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Supreme Court declines to hear Flint, Michigan, officials’ appeal over water crisis
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Supreme Court declines to hear Flint, Michigan, officials’ appeal over water crisis

The US Supreme court declined Tuesday to hear Flint, Michigan, officials’ appeal of a federal court’s decision in favor of Flint Water Crisis residents.

This refusal will allow the earlier decisions that held the city accountable to stand. In May, a federal appeals court upheld a 2017 federal district court’s decision that the city violated the constitutional bodily autonomy rights of its own citizens through allowing water containing lead and bacterial to enter the drinking water supply. The federal courts denied the city’s sovereign immunity.

Shari Guertin sued the City of Flint after she and her daughter suffered injuries related to the water contamination, and the city sought appeal from her case. Guertin is among an estimated 24,000 residents affected by the Flint Water Crisis. Judge Richard Allen Griffin of the US Court of Appeals for the Sixth Circuit described the contaminated waters’ affects on the residents:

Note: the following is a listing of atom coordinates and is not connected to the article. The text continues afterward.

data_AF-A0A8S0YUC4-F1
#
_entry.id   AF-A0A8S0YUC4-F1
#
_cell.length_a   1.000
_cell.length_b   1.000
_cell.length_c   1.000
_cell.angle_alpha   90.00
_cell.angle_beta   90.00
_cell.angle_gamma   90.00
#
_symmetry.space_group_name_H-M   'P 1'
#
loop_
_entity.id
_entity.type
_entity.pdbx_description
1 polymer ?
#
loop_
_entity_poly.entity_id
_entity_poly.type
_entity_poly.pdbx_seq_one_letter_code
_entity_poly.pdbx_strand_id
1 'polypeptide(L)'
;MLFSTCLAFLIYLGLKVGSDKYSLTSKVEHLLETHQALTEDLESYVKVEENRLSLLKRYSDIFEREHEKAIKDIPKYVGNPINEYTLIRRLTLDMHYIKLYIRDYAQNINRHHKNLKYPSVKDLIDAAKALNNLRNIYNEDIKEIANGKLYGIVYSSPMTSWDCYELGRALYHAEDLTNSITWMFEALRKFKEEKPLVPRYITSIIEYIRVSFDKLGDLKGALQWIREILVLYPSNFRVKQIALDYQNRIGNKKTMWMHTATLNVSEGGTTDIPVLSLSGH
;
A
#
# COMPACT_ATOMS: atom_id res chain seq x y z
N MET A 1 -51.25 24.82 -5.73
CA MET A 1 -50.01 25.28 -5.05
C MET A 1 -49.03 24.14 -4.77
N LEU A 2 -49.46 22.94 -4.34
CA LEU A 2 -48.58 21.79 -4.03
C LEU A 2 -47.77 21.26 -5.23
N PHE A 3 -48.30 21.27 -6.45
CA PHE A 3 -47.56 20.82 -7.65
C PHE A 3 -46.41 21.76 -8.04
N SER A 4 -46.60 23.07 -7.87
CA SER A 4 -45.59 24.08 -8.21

Within days, residents complained of foul smelling and tasting water. Within weeks, some residents’ hair began to fall out and their skin developed rashes. And within a year, there were positive tests for E. coli, a spike in deaths from Legionnaires’ disease, and reports of dangerously high blood-lead levels in Flint children. All of this resulted because the river water was 19 times more corrosive than the water pumped from Lake Huron by the DWSD, and because, without corrosion-control, lead leached out of the lead-based service lines at alarming rates and found its way to the homes of Flint’s residents. The crisis was predictable, and preventable.

The Supreme Court’s inaction will allow other victims of the Flint Water Crisis to sue the local and state government over the tragedy that dominated country-wide news coverage in 2014.